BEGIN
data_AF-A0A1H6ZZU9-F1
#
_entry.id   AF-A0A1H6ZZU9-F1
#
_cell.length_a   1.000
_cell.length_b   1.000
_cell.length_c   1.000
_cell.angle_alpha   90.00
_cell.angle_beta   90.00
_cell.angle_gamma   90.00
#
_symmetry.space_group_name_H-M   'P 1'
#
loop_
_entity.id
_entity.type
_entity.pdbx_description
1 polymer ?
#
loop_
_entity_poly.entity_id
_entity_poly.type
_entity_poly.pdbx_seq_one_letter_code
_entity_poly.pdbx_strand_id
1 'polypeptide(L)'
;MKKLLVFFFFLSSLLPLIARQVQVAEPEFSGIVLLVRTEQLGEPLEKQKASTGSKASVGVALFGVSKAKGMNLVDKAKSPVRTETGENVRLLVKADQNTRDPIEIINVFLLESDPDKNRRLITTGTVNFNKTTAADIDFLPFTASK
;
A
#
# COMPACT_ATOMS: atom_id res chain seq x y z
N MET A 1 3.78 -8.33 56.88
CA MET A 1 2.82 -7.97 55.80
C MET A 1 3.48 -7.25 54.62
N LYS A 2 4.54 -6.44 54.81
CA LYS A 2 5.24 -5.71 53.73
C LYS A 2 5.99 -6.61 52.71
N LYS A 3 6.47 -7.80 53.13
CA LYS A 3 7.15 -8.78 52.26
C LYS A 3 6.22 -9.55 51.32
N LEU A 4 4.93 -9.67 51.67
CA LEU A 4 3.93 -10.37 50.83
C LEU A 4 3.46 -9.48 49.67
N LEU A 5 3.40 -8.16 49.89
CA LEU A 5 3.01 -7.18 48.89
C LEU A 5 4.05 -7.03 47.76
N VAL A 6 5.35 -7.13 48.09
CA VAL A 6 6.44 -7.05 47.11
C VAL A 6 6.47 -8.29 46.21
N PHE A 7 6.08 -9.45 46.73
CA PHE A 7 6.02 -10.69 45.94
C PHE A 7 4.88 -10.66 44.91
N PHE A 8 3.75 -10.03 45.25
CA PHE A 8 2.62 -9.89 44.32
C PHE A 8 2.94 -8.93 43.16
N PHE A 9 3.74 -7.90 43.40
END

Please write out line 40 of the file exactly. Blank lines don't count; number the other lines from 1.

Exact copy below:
N LEU A 4 4.93 -9.67 51.67